Package By Feature

Filing cabinets

File organisation plays an important role in the discoverability of code and the overall cohesiveness of your application. It determines how easily developers can find the relevant pieces of code, and can make it clear at a glance which code relates to which.

There are two principle methodologies when organising a file structure for an application.

In package by type, code is grouped together on the basis of what role the code plays at a general level. For example, all web controllers are placed into a Controllers folder, events are placed into an Events folder, and so on.

This is a common way to get started, since it doesn’t require any specific knowledge of your application’s functionality. As such, it’s a natural way to start categorising code when building a new project. Further, frameworks usually default to this type of file structure because its independent of the type of application you’re building, so it works equally well for e-commerce apps as it does for social media apps. Since frameworks are built for general purpose, this is a sensible thing to do.

However, the problem as your app starts to grow and accumulate more code files is that developers have to jump around the file structure searching for relevant files, and forming a mental model of which code relates to which becomes complicated. The sheer mass of files slows the developer down, and becomes burdensome when adding a new feature, or revisiting an existing one.

Package by type example.

In package by feature, files are instead grouped together in terms of the feature they provide to the application. For example, all files relating specifically to the student registration feature are grouped into the same folder — perhaps a RegisterStudentController, a RegisterStudentHandler, a RegisterStudentRequest, a RegisterStudentResponse, and a StudentRegisteredEvent.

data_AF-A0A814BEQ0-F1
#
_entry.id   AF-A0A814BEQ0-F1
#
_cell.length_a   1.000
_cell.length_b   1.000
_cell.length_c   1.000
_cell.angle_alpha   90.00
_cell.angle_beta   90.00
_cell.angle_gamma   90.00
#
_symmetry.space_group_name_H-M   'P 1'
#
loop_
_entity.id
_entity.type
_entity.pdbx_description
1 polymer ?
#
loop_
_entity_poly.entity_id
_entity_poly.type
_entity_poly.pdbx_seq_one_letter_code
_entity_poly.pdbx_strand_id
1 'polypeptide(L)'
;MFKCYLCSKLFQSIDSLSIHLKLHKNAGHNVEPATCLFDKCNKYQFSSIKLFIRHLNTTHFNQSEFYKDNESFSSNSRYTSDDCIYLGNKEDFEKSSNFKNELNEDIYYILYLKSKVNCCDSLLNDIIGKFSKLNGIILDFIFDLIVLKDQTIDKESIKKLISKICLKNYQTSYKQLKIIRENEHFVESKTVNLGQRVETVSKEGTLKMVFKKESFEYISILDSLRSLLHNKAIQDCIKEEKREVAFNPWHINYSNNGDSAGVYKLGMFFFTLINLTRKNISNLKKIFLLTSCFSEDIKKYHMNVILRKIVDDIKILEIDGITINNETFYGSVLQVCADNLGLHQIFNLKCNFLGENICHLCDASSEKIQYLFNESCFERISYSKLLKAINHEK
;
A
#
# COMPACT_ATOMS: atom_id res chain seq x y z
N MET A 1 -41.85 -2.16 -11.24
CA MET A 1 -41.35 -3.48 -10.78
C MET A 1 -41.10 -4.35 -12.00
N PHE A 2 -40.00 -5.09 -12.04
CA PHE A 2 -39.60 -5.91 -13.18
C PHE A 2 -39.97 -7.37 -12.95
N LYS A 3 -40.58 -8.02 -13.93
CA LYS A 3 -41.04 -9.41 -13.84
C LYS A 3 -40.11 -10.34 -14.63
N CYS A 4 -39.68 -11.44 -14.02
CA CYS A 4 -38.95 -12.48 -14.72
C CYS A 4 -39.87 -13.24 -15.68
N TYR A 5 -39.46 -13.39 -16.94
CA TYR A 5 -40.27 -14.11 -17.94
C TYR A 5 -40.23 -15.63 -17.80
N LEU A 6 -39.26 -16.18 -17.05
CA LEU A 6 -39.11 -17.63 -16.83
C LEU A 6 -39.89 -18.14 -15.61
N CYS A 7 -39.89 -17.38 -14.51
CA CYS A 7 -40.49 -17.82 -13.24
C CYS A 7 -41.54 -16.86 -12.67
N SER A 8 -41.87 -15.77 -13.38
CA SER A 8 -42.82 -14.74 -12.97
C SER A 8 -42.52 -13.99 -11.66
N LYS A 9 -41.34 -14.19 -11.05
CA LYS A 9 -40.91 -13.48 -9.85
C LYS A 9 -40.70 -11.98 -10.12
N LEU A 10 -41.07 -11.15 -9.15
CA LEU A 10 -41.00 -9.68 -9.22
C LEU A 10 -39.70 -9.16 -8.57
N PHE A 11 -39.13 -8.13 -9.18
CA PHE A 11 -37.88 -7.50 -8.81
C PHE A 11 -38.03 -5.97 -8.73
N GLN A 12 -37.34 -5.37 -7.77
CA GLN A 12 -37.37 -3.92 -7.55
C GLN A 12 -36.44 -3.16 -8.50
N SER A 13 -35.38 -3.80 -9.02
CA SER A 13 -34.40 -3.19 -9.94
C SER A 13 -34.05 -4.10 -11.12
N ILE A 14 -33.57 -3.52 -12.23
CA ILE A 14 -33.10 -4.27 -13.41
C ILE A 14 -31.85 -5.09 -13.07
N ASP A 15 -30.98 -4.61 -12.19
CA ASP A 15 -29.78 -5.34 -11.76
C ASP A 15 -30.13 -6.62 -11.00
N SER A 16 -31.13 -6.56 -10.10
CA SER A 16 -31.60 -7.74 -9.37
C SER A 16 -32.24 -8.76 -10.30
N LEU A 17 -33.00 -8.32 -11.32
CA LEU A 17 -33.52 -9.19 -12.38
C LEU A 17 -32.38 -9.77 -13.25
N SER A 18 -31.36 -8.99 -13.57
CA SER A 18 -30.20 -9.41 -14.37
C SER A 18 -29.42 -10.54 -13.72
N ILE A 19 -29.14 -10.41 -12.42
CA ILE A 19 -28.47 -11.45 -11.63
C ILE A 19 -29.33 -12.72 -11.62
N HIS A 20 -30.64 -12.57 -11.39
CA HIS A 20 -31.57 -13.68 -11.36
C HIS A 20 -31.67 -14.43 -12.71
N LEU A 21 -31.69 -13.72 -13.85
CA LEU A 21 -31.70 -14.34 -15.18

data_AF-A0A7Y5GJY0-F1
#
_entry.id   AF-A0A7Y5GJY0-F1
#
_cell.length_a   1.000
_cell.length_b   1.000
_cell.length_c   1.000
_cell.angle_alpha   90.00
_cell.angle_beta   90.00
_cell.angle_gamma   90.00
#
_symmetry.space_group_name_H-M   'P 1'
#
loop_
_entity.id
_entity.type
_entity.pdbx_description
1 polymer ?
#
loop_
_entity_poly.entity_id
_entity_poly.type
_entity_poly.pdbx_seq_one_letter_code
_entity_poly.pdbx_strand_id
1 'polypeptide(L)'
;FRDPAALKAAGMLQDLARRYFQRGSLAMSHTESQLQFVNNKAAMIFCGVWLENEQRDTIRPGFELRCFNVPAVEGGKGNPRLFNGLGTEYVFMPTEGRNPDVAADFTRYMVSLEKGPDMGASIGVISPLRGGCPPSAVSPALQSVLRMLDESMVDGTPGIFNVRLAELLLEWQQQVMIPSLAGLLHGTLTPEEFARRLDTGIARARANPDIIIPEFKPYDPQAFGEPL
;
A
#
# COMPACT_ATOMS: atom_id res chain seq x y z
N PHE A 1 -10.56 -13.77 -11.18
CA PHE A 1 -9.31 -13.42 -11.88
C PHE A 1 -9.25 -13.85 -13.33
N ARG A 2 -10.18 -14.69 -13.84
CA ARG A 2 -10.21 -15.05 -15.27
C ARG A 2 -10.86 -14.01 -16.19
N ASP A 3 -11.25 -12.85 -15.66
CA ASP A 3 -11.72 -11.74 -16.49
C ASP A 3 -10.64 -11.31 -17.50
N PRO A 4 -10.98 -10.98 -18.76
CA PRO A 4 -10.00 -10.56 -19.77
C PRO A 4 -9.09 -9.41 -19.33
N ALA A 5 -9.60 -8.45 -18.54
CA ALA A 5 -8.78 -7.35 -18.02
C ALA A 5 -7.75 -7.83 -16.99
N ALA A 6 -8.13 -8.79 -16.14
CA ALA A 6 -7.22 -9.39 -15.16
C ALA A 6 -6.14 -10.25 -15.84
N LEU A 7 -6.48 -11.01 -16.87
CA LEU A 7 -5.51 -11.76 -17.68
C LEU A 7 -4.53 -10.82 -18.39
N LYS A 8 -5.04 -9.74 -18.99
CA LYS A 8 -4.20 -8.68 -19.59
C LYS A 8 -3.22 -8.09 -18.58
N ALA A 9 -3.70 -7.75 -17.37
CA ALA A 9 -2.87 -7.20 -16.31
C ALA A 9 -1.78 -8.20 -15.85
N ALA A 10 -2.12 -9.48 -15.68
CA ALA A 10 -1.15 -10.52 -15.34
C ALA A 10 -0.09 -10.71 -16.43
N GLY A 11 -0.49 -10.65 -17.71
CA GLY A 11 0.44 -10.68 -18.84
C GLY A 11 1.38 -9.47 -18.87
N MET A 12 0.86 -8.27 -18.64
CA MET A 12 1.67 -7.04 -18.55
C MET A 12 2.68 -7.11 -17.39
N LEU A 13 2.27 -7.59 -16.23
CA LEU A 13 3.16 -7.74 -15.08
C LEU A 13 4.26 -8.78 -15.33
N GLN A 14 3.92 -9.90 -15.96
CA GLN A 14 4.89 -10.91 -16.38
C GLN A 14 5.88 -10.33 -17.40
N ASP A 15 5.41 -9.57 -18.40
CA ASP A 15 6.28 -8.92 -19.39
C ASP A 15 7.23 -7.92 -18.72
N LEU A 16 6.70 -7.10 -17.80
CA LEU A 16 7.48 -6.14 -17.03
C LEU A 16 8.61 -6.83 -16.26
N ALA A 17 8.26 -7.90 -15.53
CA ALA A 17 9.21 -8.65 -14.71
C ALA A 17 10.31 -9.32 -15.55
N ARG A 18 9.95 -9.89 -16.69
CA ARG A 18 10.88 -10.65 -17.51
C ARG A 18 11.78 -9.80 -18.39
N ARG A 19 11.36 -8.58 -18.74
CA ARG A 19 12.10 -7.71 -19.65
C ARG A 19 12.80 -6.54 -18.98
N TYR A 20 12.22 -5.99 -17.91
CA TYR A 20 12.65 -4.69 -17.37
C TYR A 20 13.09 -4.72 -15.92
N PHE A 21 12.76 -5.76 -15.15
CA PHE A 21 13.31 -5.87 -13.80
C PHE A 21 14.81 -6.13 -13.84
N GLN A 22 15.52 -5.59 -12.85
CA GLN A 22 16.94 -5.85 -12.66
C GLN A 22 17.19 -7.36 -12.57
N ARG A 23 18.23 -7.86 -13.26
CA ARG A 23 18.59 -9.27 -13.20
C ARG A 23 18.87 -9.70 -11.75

As such, when working on a particular feature, it’s easier for developers to know where to find relevant code, since it’s all in the same folder. Greater code discoverability also makes it easier for developers to form a mental model of all the moving parts pertaining to the same feature. Further, removing a feature often means simply deleting the feature folder and it’s contents, without having to hunt down the scattered pieces of code throughout the codebase.

Package by feature (web/presentation layer).

For feature-independent code (i.e. code that is shared between features), it still makes sense to use a conventional packaged by type approach. For example, it makes sense to group all web middleware together, since middleware isn’t tied to any particular feature. Further, it might still be useful to organise your application into separate layers such as a Web layer, a Domain layer, etc. In this case, a feature-based file structure could be employed within each individual layer, where appropriate.

The bottom line is that when building applications we are usually working on one specific feature or another, and so reflecting this in the file structure increases code discoverability and developer sanity.

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